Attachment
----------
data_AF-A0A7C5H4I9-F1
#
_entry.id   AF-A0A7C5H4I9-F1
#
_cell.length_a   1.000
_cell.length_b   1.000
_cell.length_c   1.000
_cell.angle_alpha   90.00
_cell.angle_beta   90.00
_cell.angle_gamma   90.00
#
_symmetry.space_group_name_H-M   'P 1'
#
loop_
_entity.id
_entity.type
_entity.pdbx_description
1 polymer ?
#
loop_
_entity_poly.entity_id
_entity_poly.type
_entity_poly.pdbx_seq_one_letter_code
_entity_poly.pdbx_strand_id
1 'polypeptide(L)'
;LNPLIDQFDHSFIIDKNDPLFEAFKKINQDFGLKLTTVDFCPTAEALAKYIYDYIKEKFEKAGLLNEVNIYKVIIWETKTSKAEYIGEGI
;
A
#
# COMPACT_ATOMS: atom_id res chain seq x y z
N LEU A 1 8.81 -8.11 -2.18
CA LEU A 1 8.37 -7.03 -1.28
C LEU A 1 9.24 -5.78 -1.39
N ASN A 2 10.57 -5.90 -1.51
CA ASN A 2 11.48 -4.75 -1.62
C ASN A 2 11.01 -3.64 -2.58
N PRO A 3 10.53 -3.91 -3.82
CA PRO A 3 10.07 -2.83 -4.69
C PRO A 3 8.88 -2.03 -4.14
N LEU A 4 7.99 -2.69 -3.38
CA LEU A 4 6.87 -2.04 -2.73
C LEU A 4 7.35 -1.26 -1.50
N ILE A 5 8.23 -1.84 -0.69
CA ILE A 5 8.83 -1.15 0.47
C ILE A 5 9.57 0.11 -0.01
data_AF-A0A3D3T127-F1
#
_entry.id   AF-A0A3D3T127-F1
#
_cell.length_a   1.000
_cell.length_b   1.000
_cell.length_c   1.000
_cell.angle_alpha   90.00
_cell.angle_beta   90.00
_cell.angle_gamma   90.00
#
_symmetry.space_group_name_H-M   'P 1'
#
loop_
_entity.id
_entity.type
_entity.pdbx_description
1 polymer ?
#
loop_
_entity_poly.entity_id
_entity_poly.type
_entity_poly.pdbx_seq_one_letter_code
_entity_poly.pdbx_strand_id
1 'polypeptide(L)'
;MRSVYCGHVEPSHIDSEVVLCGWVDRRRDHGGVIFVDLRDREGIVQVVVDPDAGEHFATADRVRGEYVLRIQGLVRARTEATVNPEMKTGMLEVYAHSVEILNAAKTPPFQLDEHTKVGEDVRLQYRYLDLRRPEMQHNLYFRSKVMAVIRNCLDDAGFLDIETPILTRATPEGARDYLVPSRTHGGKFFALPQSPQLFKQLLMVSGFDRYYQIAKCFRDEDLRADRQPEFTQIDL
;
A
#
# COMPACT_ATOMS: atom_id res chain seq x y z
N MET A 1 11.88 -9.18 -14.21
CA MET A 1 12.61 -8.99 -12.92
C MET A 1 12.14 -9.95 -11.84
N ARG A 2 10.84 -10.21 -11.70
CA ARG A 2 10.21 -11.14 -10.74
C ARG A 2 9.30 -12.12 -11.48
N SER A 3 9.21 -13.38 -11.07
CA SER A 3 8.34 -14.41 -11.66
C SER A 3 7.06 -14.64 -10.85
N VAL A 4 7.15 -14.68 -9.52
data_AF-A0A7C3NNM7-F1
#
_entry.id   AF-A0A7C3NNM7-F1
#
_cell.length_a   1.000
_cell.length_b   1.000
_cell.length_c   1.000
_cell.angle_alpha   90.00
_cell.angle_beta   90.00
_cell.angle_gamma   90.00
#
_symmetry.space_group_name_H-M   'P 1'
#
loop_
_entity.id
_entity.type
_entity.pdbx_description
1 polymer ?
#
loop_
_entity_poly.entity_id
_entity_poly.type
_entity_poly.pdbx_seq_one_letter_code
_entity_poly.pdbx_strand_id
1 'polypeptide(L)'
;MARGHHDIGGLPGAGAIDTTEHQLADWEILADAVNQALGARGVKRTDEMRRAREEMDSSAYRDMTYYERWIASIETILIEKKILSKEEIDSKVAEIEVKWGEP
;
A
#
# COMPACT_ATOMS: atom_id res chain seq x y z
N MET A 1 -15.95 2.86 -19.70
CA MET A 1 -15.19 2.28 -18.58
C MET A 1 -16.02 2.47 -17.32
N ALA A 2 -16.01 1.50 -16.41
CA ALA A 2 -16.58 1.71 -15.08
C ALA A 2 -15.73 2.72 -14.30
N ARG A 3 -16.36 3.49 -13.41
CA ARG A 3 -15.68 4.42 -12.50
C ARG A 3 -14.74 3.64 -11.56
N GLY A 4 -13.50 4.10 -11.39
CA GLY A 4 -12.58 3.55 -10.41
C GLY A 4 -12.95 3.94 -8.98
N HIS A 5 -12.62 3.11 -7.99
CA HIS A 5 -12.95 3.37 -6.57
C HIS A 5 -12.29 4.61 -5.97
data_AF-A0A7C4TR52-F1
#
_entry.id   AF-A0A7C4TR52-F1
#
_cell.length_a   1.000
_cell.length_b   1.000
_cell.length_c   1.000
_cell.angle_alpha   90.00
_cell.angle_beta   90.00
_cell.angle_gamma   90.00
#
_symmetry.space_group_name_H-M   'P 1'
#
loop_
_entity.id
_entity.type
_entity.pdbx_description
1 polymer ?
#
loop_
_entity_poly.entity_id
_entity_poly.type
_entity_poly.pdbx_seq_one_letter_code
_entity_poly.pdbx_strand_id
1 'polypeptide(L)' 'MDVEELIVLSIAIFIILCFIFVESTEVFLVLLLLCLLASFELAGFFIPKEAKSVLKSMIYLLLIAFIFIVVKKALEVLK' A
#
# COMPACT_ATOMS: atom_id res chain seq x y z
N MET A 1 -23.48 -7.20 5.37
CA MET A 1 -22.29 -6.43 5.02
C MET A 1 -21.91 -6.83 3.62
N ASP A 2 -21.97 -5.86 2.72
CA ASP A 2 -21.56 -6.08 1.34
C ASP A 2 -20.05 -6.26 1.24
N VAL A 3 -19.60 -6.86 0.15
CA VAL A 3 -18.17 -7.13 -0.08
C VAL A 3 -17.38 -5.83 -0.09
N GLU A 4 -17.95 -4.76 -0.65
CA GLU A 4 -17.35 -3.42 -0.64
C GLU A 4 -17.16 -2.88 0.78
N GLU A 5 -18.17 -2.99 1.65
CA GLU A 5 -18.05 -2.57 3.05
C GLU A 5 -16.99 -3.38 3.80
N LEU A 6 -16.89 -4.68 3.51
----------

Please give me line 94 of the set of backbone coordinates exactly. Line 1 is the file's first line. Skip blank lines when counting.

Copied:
_cell.angle_beta   90.00